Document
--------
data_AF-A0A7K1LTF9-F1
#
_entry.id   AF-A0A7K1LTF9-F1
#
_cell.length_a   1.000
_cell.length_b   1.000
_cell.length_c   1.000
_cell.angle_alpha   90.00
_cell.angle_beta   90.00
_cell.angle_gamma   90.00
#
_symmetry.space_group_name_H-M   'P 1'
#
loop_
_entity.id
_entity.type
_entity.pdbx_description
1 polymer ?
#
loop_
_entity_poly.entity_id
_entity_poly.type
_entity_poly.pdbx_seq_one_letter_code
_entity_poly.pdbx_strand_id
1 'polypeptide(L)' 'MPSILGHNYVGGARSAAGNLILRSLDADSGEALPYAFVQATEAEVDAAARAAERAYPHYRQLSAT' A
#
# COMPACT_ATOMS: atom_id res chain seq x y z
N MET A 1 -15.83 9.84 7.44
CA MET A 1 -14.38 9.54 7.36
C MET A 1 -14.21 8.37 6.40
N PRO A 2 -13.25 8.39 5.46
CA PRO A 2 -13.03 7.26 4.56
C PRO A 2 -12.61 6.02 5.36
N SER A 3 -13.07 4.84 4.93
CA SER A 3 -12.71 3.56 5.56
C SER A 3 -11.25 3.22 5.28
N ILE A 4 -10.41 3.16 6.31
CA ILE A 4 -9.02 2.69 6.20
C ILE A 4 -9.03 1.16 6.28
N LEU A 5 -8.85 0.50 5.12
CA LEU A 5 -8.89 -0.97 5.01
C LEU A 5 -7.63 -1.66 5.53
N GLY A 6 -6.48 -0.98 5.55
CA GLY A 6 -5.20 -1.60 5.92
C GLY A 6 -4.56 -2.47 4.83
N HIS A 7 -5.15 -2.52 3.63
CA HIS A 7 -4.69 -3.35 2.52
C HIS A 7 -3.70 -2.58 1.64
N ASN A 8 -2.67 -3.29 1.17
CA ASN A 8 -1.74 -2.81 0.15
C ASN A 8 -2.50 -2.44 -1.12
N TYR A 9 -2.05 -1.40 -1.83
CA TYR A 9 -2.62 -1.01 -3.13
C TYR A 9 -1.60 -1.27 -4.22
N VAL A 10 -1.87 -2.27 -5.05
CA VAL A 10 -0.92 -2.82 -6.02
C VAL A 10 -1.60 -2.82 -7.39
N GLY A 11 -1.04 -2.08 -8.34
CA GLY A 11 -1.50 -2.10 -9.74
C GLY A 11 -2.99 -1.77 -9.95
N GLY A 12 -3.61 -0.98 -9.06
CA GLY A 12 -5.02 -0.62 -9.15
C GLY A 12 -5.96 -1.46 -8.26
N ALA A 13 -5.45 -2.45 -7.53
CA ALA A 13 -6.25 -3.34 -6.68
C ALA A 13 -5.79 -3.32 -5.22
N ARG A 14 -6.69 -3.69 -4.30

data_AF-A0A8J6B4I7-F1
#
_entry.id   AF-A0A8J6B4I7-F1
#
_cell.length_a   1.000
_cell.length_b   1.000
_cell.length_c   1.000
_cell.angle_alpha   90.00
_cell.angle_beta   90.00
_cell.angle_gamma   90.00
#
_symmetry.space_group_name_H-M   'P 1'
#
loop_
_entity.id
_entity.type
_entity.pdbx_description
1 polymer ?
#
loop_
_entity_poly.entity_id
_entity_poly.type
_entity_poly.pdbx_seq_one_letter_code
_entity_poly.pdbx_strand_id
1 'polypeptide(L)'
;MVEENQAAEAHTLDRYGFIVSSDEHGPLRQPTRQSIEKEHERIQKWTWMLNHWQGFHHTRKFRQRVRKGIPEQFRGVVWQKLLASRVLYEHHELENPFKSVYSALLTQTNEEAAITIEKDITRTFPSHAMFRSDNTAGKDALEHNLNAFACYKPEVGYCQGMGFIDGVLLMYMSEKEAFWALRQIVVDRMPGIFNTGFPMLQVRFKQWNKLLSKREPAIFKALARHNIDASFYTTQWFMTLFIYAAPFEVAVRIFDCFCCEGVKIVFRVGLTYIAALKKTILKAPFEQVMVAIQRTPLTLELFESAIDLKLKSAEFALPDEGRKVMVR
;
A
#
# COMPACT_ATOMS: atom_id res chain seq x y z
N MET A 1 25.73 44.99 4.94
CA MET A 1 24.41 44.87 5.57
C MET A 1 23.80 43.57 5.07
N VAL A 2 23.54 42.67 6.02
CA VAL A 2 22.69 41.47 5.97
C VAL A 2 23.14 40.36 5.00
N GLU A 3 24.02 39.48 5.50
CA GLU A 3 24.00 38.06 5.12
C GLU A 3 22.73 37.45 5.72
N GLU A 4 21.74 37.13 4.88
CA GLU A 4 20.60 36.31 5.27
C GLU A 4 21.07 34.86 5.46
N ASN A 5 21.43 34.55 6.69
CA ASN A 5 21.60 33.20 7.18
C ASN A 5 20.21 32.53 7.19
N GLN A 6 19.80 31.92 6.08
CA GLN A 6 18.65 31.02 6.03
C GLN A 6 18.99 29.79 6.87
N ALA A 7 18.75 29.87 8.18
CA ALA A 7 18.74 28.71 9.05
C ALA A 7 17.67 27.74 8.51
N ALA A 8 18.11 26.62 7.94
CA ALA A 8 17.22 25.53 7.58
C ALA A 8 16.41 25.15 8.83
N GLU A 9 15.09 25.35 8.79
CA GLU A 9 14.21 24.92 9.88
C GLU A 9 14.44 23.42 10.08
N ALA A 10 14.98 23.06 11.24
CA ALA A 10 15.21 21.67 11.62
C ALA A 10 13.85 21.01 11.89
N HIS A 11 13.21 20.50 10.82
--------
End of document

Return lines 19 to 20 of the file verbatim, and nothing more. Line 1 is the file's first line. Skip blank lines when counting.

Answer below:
#
loop_